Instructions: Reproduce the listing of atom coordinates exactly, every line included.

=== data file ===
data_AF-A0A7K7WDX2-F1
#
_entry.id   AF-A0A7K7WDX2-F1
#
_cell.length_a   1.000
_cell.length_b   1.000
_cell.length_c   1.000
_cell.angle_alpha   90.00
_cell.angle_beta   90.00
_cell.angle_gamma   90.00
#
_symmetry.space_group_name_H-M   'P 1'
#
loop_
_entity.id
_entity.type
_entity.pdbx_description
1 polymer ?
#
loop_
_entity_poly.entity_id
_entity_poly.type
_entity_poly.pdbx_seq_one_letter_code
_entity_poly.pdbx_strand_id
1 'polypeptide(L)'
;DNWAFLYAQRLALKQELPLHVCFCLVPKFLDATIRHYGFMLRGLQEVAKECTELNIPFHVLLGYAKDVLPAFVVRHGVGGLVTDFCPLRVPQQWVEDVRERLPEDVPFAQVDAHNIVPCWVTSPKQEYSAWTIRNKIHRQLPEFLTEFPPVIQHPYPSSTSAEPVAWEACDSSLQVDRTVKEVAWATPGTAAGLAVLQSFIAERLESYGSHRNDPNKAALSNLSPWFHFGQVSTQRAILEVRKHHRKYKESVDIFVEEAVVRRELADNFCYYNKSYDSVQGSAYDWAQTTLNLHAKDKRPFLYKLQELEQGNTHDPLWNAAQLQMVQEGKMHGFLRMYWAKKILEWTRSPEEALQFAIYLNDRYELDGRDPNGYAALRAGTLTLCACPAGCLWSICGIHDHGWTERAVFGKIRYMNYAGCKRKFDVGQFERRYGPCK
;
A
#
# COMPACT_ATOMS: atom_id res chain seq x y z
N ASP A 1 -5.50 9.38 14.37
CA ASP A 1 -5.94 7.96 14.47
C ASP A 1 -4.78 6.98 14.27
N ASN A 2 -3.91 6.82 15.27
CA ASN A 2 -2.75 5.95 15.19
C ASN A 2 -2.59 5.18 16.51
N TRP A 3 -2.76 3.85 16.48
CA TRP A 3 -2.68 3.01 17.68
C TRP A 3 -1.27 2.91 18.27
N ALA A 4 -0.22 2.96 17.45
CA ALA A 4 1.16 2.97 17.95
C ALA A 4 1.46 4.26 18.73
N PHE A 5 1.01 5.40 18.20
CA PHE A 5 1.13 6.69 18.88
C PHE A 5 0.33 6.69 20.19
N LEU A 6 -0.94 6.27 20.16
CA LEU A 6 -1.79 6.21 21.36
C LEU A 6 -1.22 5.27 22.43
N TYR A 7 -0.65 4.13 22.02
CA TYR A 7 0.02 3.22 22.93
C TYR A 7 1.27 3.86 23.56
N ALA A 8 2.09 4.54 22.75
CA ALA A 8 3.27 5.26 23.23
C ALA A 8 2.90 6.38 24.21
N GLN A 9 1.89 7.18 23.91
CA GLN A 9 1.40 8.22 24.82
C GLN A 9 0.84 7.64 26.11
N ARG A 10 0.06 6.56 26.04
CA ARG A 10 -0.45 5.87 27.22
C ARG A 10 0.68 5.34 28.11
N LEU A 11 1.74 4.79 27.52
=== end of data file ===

data_AF-A0A7K7WDX2-F1
#
_entry.id   AF-A0A7K7WDX2-F1
#
_cell.length_a   1.000
_cell.length_b   1.000
_cell.length_c   1.000
_cell.angle_alpha   90.00
_cell.angle_beta   90.00
_cell.angle_gamma   90.00
#
_symmetry.space_group_name_H-M   'P 1'
#
loop_
_entity.id
_entity.type
_entity.pdbx_description
1 polymer ?
#
loop_
_entity_poly.entity_id
_entity_poly.type
_entity_poly.pdbx_seq_one_letter_code
_entity_poly.pdbx_strand_id
1 'polypeptide(L)'
;DNWAFLYAQRLALKQELPLHVCFCLVPKFLDATIRHYGFMLRGLQEVAKECTELNIPFHVLLGYAKDVLPAFVVRHGVGGLVTDFCPLRVPQQWVEDVRERLPEDVPFAQVDAHNIVPCWVTSPKQEYSAWTIRNKIHRQLPEFLTEFPPVIQHPYPSSTSAEPVAWEACDSSLQVDRTVKEVAWATPGTAAGLAVLQSFIAERLESYGSHRNDPNKAALSNLSPWFHFGQVSTQRAILEVRKHHRKYKESVDIFVEEAVVRRELADNFCYYNKSYDSVQGSAYDWAQTTLNLHAKDKRPFLYKLQELEQGNTHDPLWNAAQLQMVQEGKMHGFLRMYWAKKILEWTRSPEEALQFAIYLNDRYELDGRDPNGYAALRAGTLTLCACPAGCLWSICGIHDHGWTERAVFGKIRYMNYAGCKRKFDVGQFERRYGPCK
;
A
#
# COMPACT_ATOMS: atom_id res chain seq x y z
N ASP A 1 -5.50 9.38 14.37
CA ASP A 1 -5.94 7.96 14.47
C ASP A 1 -4.78 6.98 14.27
N ASN A 2 -3.91 6.82 15.27
CA ASN A 2 -2.75 5.95 15.19
C ASN A 2 -2.59 5.18 16.51
N TRP A 3 -2.76 3.85 16.48
CA TRP A 3 -2.68 3.01 17.68
C TRP A 3 -1.27 2.91 18.27
N ALA A 4 -0.22 2.96 17.45
CA ALA A 4 1.16 2.97 17.95
C ALA A 4 1.46 4.26 18.73
N PHE A 5 1.01 5.40 18.20
CA PHE A 5 1.13 6.69 18.88
C PHE A 5 0.33 6.69 20.19
N LEU A 6 -0.94 6.27 20.16
CA LEU A 6 -1.79 6.21 21.36
C LEU A 6 -1.22 5.27 22.43
N TYR A 7 -0.65 4.13 22.02
CA TYR A 7 0.02 3.22 22.93
C TYR A 7 1.27 3.86 23.56
N ALA A 8 2.09 4.54 22.75
CA ALA A 8 3.27 5.26 23.23
C ALA A 8 2.90 6.38 24.21
N GLN A 9 1.89 7.18 23.91
CA GLN A 9 1.40 8.22 24.82
C GLN A 9 0.84 7.64 26.11
N ARG A 10 0.06 6.56 26.04
CA ARG A 10 -0.45 5.87 27.22
C ARG A 10 0.68 5.34 28.11
N LEU A 11 1.74 4.79 27.52